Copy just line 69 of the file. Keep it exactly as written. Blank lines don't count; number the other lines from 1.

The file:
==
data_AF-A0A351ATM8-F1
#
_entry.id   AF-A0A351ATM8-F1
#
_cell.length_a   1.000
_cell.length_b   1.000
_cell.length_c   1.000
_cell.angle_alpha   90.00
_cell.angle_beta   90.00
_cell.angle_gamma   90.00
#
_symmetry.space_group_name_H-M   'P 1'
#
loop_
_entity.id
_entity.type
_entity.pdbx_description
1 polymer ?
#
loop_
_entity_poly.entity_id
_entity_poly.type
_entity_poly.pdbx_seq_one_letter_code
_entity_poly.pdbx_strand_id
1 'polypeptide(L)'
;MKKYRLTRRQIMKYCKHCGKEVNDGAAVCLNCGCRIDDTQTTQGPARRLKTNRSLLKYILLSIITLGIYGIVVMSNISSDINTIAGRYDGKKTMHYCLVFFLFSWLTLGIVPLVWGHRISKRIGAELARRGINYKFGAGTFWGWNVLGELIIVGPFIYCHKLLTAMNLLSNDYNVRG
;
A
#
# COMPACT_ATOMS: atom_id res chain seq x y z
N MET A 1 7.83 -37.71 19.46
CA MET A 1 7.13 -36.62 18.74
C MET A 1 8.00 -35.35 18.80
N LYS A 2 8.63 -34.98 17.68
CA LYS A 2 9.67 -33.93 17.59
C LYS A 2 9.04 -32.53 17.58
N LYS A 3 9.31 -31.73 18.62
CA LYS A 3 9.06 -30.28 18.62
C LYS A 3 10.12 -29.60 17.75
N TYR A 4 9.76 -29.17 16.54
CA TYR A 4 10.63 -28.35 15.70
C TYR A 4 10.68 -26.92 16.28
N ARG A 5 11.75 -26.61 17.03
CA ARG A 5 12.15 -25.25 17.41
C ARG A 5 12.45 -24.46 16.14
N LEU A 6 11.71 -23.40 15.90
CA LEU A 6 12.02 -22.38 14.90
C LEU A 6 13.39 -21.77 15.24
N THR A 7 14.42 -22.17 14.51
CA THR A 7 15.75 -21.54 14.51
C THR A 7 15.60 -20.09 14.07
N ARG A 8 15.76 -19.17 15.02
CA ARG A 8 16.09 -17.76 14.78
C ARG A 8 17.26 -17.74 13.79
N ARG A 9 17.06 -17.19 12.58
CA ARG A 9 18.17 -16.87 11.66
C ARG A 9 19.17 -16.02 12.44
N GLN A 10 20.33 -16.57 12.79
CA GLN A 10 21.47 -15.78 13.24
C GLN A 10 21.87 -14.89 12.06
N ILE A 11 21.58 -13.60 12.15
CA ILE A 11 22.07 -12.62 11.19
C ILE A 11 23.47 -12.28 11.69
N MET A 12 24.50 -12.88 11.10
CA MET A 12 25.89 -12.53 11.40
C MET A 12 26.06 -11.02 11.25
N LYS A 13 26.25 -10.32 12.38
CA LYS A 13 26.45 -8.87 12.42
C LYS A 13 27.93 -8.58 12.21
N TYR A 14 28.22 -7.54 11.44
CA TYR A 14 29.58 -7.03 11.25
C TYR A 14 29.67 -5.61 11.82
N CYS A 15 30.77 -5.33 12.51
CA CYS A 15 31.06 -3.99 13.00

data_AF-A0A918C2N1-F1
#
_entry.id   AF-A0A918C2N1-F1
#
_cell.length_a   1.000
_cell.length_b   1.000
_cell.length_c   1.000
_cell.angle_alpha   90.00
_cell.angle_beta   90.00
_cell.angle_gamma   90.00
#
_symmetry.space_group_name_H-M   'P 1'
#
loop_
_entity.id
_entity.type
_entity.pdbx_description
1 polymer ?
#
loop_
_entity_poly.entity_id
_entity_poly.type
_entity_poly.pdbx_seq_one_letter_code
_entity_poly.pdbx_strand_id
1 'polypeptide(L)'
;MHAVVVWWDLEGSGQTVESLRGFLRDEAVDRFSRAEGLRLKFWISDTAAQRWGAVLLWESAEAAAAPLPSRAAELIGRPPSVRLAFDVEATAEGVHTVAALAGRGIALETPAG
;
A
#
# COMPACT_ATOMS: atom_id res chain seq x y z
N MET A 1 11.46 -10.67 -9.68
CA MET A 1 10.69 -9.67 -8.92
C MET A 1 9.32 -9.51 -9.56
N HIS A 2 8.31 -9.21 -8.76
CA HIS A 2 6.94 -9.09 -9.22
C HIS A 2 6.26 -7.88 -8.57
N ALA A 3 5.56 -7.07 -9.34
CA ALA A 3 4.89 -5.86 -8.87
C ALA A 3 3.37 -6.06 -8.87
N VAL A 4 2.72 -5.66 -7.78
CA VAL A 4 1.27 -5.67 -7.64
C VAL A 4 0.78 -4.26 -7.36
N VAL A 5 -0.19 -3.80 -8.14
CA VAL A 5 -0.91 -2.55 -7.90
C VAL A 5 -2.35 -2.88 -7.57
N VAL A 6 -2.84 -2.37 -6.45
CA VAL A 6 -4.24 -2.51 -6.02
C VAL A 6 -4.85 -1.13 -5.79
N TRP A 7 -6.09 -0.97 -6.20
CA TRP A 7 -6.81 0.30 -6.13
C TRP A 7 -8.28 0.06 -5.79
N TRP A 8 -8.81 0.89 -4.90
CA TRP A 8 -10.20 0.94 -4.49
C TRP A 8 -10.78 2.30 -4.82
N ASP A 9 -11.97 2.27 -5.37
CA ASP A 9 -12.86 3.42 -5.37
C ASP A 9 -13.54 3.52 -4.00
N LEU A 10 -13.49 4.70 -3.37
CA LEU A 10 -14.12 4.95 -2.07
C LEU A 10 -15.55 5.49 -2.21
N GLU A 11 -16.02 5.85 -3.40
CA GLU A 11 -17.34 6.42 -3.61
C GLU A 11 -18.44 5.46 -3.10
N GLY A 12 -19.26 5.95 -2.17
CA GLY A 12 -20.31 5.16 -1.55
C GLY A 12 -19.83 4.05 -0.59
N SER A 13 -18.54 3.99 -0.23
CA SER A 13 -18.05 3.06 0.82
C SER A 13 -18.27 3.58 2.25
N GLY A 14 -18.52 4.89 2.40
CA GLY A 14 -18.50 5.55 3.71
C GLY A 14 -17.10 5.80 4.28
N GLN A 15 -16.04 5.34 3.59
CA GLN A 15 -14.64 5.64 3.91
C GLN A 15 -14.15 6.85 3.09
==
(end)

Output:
C LYS A 13 27.93 -8.58 12.21